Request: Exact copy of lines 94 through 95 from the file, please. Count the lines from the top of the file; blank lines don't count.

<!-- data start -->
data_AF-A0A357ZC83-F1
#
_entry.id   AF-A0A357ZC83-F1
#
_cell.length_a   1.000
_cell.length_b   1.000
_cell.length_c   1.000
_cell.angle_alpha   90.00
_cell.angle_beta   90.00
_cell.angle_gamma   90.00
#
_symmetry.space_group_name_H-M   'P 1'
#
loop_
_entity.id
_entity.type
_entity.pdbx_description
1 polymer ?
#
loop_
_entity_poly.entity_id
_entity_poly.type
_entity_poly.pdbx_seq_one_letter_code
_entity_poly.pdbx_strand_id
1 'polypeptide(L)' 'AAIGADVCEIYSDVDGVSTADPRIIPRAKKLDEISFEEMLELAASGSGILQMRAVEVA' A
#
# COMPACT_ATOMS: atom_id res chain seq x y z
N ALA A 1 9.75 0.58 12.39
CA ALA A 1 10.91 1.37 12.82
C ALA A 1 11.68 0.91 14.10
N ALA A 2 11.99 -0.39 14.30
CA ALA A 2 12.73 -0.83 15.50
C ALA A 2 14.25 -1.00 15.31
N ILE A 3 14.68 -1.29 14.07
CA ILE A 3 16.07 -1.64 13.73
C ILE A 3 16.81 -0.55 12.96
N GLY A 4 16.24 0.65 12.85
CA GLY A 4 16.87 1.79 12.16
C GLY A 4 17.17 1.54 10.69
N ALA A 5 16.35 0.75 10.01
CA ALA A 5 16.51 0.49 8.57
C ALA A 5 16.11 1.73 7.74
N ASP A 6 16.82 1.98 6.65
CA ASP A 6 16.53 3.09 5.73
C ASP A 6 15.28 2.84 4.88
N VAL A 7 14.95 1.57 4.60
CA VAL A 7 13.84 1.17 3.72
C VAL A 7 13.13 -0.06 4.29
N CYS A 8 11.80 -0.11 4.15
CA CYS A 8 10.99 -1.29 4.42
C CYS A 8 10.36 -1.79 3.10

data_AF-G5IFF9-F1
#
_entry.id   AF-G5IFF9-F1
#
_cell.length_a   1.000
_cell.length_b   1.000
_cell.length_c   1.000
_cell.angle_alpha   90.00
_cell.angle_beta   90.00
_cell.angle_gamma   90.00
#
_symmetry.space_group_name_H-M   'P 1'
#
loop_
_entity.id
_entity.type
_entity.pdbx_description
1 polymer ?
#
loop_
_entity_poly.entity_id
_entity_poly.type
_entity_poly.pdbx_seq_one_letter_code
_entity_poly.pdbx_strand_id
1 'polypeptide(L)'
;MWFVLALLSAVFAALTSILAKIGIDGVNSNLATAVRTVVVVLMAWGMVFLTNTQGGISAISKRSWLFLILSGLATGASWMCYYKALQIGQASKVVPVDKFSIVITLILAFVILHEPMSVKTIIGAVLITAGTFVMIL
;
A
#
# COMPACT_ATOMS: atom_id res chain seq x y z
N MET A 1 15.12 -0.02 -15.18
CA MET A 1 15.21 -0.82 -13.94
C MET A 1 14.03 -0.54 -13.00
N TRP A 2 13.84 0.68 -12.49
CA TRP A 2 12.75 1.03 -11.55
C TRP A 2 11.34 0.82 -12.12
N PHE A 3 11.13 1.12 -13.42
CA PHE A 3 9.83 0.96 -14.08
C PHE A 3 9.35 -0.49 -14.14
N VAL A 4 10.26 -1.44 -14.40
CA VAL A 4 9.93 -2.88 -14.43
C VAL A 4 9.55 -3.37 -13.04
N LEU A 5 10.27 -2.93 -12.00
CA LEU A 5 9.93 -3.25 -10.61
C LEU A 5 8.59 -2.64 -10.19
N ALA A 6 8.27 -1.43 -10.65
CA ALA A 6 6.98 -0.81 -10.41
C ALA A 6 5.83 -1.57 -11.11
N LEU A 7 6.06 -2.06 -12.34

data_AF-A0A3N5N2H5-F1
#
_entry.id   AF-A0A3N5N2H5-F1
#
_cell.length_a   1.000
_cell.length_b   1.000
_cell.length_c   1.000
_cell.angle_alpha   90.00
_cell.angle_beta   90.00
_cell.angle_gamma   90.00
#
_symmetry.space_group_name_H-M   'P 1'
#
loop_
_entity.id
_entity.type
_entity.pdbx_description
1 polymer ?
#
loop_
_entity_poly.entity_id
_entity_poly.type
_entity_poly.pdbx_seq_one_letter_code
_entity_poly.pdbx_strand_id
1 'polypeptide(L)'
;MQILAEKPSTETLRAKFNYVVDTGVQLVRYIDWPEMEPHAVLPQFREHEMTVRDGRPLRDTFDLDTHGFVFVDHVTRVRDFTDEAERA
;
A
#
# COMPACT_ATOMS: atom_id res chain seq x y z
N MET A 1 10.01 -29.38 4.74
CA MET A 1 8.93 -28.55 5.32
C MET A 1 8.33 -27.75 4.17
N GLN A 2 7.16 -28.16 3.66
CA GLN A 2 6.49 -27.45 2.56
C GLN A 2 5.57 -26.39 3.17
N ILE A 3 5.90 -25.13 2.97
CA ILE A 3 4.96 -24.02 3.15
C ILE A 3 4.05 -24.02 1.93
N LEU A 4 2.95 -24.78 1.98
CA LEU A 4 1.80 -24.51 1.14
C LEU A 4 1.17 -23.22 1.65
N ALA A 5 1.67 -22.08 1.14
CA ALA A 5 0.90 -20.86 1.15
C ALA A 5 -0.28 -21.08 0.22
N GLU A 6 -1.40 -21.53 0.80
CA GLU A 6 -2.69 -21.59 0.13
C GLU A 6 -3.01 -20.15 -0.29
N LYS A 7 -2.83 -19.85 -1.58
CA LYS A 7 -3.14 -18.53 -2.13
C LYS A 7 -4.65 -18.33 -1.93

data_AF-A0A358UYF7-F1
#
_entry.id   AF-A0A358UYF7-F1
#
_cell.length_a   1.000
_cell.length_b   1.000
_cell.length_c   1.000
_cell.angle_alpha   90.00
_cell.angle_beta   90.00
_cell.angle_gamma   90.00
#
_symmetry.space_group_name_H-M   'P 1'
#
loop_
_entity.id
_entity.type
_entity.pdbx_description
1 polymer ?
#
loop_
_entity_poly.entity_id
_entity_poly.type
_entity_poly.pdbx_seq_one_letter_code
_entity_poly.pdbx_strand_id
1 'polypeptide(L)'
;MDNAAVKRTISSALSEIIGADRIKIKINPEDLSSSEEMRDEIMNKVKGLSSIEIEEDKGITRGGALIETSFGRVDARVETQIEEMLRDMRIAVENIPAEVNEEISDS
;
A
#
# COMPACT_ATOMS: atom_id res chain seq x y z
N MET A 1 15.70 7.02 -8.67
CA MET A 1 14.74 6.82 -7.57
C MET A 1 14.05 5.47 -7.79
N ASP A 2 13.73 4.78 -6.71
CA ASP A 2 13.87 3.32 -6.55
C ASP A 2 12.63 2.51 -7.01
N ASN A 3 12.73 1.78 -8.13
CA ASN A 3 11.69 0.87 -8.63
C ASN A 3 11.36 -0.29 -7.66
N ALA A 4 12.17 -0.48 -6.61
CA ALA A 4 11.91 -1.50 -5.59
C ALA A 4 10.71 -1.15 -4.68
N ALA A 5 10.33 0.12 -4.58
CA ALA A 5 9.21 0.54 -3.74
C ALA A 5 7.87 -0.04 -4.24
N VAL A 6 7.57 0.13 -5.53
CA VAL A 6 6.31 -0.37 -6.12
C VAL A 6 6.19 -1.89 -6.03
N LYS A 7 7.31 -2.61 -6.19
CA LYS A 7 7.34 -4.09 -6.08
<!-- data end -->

N LEU A 5 10.27 -2.93 -12.00
CA LEU A 5 9.93 -3.25 -10.61